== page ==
Thursday morning, I ended up calling the doctor to see if they could squeeze me back in on Friday. They could not. So here I am, consoling myself, when the nurse asks if I can come in the afternoon? On Thursday! Seriously, I just had the PET scan the previous morning. Bless my boss' heart she was totally cool with me taking the appointment and going to get the results. Which were not good.

A) The tumors grew
B) I have a new tumor in my humerus

Tuesday, February 4, 2014

Is it Time?

The month of January was...interesting for me. October to December was consumed with being sad and then the holidays happened, which are surprisingly not an effective way to cheer someone up. I thought it would be different. But I felt numb to the cheer periodically and really appreciated the time off to just decompress and spend some incredibly low-key/do nothing/laze on the couch time with my husband.

Once I found out the tamoxifen wasn’t working (Dec 26), I think things began to change. I’m starting to feel like maybe it is time to take charge and do something about something. Who knows what though? There are so many aspects of “fighting” cancer – it’s all overwhelming. How exactly should I “fight”?

For many years, I’ve been passive-aggressively attempting to get really healthy. I kind of made it (sometime around 2012) with lots of cardio, Pilates, and a really good diet. When I started working full-time, that kind of fell by the wayside. 

In January I decided that I needed some sort of intervention, and short of calling it a New Year's Resolution, I made changes. I started with a promise to myself for the month of January: I would drink one green smoothie and eat one salad each day. I don't think I noticed the benefits in one fell swoop, but I did - and continue to - feel amazing. Eating that much produce made a marked difference in how I feel. I did break my promise for three days, when I did a juice cleanse. Other than that, though, I stuck to it pretty well.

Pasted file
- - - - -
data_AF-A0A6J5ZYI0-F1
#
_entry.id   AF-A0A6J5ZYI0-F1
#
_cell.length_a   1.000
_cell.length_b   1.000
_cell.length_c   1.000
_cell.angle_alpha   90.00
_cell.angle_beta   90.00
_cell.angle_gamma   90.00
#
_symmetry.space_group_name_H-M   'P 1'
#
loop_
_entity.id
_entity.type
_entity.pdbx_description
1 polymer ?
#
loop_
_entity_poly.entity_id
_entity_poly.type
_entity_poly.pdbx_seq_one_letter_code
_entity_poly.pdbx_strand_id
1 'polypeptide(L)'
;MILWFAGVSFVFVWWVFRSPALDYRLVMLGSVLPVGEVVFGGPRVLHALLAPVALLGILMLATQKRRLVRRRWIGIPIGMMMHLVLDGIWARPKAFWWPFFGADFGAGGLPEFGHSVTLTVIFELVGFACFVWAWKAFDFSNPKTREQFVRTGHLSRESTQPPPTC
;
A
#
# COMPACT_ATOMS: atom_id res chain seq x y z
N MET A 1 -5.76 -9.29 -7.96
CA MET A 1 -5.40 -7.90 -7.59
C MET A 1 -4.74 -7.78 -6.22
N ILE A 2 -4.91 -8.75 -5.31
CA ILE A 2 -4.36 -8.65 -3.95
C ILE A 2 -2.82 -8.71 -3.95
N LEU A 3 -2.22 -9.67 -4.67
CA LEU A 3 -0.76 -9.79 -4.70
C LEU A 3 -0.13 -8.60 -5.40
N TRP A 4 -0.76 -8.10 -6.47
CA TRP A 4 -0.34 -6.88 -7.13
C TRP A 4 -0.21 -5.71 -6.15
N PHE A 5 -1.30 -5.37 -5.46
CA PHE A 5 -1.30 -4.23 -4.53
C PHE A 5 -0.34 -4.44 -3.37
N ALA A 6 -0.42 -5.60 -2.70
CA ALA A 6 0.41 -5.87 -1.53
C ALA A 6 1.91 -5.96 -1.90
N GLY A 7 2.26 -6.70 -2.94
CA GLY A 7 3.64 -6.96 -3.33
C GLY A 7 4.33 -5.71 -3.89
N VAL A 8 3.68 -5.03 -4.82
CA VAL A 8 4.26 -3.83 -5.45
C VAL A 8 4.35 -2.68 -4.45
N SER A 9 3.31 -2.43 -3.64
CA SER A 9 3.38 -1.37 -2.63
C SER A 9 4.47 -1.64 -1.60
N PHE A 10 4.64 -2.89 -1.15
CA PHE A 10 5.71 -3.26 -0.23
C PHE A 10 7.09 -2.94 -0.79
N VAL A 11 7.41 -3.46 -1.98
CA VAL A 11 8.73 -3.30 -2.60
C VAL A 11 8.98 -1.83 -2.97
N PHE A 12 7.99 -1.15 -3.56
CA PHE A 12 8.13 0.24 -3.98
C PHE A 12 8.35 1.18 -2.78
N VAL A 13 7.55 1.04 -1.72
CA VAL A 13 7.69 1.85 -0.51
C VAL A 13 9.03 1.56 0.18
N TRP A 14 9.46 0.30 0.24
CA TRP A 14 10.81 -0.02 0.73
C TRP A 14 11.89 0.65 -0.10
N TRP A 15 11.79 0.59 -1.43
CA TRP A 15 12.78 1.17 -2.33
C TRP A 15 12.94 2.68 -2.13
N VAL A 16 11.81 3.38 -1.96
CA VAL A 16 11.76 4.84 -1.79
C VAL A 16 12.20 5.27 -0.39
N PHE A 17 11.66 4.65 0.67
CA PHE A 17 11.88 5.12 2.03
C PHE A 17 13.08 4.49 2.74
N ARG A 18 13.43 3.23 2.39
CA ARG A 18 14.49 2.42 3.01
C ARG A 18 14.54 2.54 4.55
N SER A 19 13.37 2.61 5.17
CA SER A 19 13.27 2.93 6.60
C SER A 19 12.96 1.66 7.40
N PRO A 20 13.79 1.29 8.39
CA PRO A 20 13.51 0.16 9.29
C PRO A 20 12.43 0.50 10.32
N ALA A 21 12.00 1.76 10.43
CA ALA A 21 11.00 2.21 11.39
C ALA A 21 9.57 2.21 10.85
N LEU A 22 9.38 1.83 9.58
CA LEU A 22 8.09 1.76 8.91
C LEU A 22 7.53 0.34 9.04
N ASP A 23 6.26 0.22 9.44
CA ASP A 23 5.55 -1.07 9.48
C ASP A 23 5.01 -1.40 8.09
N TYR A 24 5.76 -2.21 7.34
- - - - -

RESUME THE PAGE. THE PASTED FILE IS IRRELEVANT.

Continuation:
As for the juice cleanse, it was amaaaaaaazing. I loved it - and can't wait to do it again. I'm a compulsive overeater so it was a really good experience to feel not full for three days. The second and third day and the day immediately following were fabulous for me. I had so much energy and generally felt awesome! I would definitely want to do this periodically. 

For the month of February, I'm promising myself to go to the gym more. I've been slacking off and it's so easy to make excuses, even if it's just to go home and do absolutely nothing. So that's far, I do feel pretty good, and I think it's because I have month of healthy eating to back it up. :)

I'm home from the gym tonight - no workout, no caffeine, and no CARBS in preparation for a PET scan tomorrow. Full disclosure: I am so scared. I am hoping so hard for this to yield positive results. Just physically though, the tumors that I can feel do not seem to be shrinking, so my optimism is measured.

Regardless of what happens, I will be trying to make positive progress in other parts of my life every month. New month, new promise. 

Friday, January 10, 2014

Mixed Signals